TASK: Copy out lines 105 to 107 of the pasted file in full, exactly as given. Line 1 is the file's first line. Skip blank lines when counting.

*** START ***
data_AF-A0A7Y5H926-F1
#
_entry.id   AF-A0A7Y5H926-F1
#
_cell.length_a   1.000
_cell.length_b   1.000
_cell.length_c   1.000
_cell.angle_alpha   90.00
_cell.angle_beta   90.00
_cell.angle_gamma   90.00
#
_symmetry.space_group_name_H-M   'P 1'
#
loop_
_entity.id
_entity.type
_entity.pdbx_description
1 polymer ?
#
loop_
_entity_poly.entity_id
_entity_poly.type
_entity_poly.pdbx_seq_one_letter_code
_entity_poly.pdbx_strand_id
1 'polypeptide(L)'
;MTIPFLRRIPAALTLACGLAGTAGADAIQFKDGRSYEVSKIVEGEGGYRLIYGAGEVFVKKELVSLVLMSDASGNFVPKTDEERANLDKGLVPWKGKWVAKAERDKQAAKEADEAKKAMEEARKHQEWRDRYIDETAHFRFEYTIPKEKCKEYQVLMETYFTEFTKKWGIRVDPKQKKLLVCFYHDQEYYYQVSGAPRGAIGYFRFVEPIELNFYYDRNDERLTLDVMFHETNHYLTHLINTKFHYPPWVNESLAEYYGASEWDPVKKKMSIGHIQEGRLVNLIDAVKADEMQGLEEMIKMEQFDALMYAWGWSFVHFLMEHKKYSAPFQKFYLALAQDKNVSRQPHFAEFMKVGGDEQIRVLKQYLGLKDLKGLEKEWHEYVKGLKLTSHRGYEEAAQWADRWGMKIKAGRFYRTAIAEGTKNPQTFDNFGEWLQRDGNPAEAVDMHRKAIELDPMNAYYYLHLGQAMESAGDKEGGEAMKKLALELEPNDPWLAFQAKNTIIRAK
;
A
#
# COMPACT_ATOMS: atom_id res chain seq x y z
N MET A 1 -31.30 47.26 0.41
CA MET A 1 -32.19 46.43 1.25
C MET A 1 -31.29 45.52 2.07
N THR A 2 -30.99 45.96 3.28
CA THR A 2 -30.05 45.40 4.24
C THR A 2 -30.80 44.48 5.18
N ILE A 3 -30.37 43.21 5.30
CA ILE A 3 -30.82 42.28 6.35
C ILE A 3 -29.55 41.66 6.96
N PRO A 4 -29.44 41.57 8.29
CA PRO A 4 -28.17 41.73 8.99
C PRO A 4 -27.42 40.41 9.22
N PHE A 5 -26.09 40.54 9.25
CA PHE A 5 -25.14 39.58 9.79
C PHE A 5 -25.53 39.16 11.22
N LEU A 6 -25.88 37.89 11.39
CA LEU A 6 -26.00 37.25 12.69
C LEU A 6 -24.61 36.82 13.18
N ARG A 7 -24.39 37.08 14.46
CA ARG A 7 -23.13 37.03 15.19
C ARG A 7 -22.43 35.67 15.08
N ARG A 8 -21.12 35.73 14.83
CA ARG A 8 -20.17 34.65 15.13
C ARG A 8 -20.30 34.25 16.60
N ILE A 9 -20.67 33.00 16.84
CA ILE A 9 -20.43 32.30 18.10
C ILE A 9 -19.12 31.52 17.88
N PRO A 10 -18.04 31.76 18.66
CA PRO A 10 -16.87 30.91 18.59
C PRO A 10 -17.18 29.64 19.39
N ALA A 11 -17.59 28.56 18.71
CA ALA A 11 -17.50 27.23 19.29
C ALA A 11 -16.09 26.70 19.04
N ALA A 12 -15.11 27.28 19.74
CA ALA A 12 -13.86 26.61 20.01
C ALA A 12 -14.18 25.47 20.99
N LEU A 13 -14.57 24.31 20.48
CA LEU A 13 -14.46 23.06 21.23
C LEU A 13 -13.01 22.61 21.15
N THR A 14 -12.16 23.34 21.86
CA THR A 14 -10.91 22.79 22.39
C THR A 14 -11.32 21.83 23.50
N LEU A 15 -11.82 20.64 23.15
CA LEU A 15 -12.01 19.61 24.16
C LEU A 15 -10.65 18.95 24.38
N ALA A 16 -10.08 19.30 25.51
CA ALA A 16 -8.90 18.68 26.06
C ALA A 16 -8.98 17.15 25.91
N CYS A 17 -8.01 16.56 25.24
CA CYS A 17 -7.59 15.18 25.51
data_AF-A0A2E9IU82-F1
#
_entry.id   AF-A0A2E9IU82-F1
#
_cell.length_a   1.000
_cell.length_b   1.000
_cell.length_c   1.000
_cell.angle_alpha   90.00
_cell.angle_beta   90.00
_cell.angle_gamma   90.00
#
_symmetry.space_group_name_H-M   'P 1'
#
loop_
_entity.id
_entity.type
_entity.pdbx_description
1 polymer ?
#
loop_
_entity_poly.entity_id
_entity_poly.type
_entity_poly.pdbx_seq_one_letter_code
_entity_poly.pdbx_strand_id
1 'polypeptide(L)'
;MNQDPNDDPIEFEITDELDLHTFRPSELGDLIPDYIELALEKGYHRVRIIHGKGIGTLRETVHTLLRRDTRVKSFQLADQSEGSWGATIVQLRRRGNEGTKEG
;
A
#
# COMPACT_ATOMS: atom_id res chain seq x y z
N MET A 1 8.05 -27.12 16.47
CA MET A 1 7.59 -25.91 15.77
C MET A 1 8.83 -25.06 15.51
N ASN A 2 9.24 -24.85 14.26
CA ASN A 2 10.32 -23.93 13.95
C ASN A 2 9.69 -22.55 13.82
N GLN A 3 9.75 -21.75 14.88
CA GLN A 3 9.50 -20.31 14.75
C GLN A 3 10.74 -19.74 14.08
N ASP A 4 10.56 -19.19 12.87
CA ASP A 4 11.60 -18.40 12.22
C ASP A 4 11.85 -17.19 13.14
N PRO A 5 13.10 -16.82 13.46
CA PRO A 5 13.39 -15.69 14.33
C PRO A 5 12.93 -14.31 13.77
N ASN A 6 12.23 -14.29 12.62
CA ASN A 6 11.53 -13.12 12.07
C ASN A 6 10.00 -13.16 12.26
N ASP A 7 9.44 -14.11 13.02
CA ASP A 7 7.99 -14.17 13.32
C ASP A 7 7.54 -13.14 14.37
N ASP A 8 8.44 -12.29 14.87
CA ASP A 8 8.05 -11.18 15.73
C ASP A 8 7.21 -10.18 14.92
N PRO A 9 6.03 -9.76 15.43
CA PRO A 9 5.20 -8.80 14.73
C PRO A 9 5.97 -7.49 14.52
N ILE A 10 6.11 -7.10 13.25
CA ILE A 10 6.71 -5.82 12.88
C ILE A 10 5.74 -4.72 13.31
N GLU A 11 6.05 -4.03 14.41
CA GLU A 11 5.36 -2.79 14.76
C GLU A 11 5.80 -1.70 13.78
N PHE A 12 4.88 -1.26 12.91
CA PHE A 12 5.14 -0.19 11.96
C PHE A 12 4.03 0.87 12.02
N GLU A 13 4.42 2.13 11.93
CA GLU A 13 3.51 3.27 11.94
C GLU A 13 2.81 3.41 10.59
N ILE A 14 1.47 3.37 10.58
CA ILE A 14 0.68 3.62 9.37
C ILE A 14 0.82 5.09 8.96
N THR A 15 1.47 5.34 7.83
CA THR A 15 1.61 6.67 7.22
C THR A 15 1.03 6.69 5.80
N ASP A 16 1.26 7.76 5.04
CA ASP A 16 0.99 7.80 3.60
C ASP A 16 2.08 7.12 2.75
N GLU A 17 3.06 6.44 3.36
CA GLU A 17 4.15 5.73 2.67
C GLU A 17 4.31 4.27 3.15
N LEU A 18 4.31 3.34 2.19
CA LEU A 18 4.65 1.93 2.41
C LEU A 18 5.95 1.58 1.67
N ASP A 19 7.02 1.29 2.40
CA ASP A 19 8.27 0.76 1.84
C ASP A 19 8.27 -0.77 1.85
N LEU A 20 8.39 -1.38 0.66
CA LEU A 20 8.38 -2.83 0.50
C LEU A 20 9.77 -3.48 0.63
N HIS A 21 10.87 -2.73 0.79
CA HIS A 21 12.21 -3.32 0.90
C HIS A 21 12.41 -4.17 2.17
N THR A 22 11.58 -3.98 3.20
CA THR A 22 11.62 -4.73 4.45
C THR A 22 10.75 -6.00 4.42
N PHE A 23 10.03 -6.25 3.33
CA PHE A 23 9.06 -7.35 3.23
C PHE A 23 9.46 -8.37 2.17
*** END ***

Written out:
1 'polypeptide(L)'
;MNQDPNDDPIEFEITDELDLHTFRPSELGDLIPDYIELALEKGYHRVRIIHGKGIGTLRETVHTLLRRDTRVKSFQLADQSEGSWGATIVQLRRRGNEGTKEG
;